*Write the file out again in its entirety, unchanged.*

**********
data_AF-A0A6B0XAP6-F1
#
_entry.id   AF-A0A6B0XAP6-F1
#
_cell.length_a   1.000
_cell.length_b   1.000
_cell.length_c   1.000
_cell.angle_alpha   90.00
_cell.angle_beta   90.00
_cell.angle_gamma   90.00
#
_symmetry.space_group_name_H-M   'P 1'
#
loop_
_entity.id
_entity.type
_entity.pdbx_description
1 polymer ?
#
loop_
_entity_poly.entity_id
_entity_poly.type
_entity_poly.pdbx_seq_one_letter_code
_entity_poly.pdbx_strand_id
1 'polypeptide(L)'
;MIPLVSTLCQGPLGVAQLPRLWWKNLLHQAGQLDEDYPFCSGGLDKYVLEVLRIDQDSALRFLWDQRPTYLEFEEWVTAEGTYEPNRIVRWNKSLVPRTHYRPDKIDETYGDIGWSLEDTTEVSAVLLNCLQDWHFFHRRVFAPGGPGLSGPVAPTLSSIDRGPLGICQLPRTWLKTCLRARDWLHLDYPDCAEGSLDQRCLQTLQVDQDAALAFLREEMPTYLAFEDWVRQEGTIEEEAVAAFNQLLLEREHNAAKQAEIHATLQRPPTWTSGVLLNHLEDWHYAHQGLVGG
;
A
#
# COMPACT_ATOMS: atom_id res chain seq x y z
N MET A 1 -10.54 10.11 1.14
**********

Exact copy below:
data_AF-A0A6B0XAP6-F1
#
_entry.id   AF-A0A6B0XAP6-F1
#
_cell.length_a   1.000
_cell.length_b   1.000
_cell.length_c   1.000
_cell.angle_alpha   90.00
_cell.angle_beta   90.00
_cell.angle_gamma   90.00
#
_symmetry.space_group_name_H-M   'P 1'
#
loop_
_entity.id
_entity.type
_entity.pdbx_description
1 polymer ?
#
loop_
_entity_poly.entity_id
_entity_poly.type
_entity_poly.pdbx_seq_one_letter_code
_entity_poly.pdbx_strand_id
1 'polypeptide(L)'
;MIPLVSTLCQGPLGVAQLPRLWWKNLLHQAGQLDEDYPFCSGGLDKYVLEVLRIDQDSALRFLWDQRPTYLEFEEWVTAEGTYEPNRIVRWNKSLVPRTHYRPDKIDETYGDIGWSLEDTTEVSAVLLNCLQDWHFFHRRVFAPGGPGLSGPVAPTLSSIDRGPLGICQLPRTWLKTCLRARDWLHLDYPDCAEGSLDQRCLQTLQVDQDAALAFLREEMPTYLAFEDWVRQEGTIEEEAVAAFNQLLLEREHNAAKQAEIHATLQRPPTWTSGVLLNHLEDWHYAHQGLVGG
;
A
#
# COMPACT_ATOMS: atom_id res chain seq x y z
N MET A 1 -10.54 10.11 1.14